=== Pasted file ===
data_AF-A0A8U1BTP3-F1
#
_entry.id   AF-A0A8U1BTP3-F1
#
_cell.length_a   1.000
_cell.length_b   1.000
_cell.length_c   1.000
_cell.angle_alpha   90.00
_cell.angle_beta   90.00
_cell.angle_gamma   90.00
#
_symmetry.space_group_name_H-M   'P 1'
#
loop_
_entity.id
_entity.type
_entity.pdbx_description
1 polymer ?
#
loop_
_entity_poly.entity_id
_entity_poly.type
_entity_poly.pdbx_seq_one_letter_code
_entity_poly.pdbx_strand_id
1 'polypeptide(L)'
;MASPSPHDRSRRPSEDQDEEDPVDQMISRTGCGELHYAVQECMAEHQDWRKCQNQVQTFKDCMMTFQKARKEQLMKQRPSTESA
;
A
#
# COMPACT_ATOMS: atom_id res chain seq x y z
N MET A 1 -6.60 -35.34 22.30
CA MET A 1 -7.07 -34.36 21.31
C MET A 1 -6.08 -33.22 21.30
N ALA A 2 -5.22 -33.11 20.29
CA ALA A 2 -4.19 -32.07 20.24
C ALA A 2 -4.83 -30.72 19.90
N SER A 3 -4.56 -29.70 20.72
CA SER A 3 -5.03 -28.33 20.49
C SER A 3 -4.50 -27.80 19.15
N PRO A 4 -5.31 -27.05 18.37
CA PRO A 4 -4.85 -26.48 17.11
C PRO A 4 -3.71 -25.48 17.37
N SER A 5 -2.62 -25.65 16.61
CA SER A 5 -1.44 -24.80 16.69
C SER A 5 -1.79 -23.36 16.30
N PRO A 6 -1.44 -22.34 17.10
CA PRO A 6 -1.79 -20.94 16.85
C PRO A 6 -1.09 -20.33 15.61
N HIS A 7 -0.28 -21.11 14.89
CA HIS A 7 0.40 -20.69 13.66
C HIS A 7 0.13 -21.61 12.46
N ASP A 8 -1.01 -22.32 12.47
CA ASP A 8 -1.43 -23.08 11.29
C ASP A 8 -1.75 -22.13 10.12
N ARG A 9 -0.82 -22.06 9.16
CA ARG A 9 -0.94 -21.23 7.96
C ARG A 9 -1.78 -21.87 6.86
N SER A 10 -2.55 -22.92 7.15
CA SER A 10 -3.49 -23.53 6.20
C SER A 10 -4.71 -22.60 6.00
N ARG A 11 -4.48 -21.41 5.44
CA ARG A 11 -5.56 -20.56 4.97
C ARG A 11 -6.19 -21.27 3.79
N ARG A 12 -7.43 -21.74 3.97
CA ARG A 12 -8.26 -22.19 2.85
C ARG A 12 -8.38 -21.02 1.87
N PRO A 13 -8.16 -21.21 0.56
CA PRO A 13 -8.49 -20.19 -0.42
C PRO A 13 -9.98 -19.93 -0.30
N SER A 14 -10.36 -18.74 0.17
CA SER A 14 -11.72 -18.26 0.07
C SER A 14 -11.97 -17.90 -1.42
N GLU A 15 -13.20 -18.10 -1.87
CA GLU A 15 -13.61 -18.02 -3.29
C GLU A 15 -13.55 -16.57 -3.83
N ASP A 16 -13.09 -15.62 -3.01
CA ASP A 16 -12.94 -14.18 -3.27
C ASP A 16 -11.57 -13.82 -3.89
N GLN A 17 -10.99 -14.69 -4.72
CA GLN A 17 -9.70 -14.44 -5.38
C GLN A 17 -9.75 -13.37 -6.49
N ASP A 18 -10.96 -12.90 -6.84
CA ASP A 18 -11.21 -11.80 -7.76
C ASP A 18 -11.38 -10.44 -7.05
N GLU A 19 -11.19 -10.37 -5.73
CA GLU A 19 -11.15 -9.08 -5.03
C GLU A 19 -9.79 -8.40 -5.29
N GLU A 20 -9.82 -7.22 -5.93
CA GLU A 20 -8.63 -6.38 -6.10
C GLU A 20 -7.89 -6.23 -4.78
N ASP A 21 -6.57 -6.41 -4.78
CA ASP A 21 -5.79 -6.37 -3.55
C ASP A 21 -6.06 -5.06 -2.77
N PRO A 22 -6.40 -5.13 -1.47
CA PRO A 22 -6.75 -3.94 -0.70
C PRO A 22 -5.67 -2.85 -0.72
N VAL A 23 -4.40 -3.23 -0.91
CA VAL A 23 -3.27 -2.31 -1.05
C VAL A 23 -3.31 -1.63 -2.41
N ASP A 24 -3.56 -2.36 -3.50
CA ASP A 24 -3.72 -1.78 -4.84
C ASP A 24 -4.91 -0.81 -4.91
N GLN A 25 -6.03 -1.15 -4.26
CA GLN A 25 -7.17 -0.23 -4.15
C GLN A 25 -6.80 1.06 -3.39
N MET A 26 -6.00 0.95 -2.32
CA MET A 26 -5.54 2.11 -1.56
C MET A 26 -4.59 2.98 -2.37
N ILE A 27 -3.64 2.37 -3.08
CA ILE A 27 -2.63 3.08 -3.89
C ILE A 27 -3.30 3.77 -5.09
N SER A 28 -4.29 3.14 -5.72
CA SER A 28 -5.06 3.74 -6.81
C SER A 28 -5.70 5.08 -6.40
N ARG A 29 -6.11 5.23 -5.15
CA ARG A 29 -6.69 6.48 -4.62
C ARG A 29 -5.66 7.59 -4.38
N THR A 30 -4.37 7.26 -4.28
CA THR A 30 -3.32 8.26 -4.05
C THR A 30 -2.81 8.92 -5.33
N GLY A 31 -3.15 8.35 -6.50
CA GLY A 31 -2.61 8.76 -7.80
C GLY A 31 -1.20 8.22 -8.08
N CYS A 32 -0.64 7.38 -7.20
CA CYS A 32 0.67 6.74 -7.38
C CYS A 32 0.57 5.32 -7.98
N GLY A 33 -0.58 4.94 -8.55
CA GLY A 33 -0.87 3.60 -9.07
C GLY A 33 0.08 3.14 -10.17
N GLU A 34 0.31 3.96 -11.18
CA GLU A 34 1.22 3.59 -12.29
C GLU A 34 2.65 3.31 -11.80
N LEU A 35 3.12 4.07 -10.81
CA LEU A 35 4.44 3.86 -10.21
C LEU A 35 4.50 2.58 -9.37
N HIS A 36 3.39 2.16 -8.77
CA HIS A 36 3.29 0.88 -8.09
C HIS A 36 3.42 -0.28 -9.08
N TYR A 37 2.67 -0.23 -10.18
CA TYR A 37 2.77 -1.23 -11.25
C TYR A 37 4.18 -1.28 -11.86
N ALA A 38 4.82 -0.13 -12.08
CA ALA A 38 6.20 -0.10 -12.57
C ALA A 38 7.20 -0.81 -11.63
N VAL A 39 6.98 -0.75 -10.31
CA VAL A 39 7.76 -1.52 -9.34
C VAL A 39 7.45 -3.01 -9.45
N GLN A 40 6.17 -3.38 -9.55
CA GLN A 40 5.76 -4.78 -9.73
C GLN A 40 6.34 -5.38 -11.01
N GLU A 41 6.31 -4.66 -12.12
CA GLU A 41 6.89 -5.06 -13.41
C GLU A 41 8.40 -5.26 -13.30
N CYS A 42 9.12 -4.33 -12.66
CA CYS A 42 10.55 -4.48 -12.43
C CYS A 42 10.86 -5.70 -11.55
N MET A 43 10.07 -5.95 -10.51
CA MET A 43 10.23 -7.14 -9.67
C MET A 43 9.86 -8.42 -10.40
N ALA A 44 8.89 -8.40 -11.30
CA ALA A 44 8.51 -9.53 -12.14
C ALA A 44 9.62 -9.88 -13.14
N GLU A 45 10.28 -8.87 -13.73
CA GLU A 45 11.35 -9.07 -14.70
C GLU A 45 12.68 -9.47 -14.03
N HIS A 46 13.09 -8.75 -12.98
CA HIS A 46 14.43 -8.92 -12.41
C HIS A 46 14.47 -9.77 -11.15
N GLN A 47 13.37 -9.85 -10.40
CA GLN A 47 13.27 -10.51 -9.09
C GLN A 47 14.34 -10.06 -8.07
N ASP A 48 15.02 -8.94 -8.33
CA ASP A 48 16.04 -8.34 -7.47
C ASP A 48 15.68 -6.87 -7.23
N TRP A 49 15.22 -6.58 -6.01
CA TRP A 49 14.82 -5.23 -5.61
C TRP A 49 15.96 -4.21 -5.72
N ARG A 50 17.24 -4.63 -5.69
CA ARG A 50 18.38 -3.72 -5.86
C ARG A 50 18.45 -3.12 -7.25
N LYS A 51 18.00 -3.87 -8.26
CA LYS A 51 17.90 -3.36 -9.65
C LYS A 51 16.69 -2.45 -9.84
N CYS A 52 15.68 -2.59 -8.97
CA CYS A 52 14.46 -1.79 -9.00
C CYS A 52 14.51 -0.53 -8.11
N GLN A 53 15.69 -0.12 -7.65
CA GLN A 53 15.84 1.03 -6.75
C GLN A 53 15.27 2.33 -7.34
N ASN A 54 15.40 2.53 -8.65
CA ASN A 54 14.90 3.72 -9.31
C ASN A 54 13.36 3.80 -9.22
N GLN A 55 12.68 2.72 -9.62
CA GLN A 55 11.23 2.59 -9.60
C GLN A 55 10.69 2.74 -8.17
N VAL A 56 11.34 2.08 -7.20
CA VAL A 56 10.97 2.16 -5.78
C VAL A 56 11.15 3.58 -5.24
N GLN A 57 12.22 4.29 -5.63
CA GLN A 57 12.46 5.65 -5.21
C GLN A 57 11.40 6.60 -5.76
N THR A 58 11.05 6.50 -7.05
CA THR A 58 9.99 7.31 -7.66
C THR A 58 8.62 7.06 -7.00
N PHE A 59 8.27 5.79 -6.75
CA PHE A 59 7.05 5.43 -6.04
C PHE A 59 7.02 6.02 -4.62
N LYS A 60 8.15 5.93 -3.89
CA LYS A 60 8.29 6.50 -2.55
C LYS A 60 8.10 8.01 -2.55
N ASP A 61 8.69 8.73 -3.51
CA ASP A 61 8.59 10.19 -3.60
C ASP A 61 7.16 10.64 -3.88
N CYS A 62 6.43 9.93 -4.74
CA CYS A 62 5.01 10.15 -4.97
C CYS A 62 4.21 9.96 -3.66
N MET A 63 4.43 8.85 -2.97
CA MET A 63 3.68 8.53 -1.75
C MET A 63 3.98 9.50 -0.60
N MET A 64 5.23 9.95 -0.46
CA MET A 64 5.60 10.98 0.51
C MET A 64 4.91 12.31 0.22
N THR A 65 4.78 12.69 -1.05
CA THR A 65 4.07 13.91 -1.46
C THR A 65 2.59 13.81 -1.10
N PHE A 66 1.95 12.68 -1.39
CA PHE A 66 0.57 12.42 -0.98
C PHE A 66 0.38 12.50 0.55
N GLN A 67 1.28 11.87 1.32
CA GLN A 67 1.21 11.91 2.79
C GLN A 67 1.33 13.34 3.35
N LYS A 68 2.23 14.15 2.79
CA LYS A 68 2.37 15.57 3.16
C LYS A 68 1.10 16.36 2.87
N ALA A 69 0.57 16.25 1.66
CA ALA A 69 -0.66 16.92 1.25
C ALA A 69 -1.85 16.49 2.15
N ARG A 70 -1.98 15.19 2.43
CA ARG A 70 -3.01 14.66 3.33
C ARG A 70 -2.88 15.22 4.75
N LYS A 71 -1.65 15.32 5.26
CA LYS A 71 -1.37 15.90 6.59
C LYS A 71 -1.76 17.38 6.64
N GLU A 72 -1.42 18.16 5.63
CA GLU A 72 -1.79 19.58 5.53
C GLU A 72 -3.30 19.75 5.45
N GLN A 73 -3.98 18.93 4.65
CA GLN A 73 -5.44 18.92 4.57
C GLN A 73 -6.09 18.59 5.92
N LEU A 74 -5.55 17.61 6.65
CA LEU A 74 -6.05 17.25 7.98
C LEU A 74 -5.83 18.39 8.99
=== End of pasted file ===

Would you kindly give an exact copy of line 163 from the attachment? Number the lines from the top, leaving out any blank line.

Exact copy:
N GLU A 45 10.28 -8.87 -13.73